Chimpanzees are helping scientists based at British and American universities to solve one of the biggest mysteries of human evolution – why humans walk on two feet rather than four.
It’s a crucial question because having upper limbs with hands rather than just feet has allowed humans to make tools, develop bigger brains and succeed in ways that no other animal has ever been able to do.
Chimps in a woodland area in the interior of Tanzania have been providing scientists with some of the crucial data needed to more fully understand a key aspect of human evolution.
The origins of bipedalism have always been a mystery, with two main competing theories – that humans evolved this way by moving around in trees or that they wandered around in treeless grassland.
But observations about how the Tanzanian chimps use their limbs are beginning to tip the balance in favour of the former theory.
The observations are also shedding light on the evolutionary pressures and sequence of events involved.
Like so many evolutionary changes, bipedalism is likely to have accelerated as a result of climatic and ecological changes that destroyed ancient tropical forests and replaced them with grasslands and open woodland in which only smaller patches of dense forest managed to survive.
Some scientists thought that this environmental change had forced early humans out of the trees into savanna habitats, where they then developed bipedalism.
But, by observing modern chimpanzee communities in both dense forest and open woodland environments, scientists now think it was probably patches of forest and woodland, rather than grassland habitats, that drove early human bipedalism.
Contrary to expectations, the chimps quadrupled their bipedal activity in trees when in less dense woodland compared with dense forest environments.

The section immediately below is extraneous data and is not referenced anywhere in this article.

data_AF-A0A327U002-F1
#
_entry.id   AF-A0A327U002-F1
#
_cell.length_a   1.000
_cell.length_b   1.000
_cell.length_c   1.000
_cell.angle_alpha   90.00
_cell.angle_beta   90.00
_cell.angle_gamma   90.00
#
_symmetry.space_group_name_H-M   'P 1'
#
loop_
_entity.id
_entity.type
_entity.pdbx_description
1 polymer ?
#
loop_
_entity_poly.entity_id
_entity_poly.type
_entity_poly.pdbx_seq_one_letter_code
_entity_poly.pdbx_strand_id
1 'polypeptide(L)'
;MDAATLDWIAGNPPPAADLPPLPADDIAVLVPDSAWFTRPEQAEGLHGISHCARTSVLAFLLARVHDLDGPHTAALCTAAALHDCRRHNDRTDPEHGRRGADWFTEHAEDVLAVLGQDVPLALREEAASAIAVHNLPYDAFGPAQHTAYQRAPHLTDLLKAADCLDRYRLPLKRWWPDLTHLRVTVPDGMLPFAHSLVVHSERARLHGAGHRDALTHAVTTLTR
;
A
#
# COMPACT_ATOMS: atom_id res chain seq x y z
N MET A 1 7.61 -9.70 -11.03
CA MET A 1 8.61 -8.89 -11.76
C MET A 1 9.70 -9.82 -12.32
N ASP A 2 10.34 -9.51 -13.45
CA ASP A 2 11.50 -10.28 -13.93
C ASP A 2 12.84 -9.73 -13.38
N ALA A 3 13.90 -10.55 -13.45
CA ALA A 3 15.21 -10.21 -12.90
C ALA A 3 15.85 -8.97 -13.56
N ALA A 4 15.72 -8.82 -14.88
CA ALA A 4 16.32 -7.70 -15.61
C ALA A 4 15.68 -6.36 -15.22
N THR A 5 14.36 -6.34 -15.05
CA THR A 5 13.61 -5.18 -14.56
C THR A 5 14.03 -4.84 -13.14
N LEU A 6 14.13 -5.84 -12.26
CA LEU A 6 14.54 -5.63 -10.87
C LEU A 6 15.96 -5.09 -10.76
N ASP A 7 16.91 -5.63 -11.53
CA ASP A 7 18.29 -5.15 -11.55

The likely reason was that food was less easy to obtain in an open woodland environment than in a dense forest and that therefore they needed to do more foraging in less accessible areas of the woodland canopy.
What the new chimp observations suggest is that, in order to access those more challenging areas of the woodland canopy, they had to more frequently deploy and therefore develop their bipedalism – because their upper limbs had to be more frequently used to grasp tree branches immediately above them.
The research – by scientists from the University of Kent, University College London, and Duke University, North Carolina – began in 2020 and is due to be completed by 2024.
“Our fieldwork is crucial because understanding why we walk on two legs is essential to understanding what it is to be human,” said the project’s lead researcher, anthropologist Rhianna Drummond-Clarke.
The team has concentrated on observing chimp bipedalism in open woodland in Tanzania and has compared their findings with earlier observations of chimps carried out in dense forests in Uganda by other scientists.
Ms Drummond-Clarke, of the University of Kent, spent 10 months observing a troop of 18 chimpanzees – seven adult males, six adult females, four juveniles, three adolescents and five infants – in a 12-square-mile mountainous, mainly open woodland environment in western Tanzania.
Preliminary results have been published in a paper in the US open-access online journal Science Advances.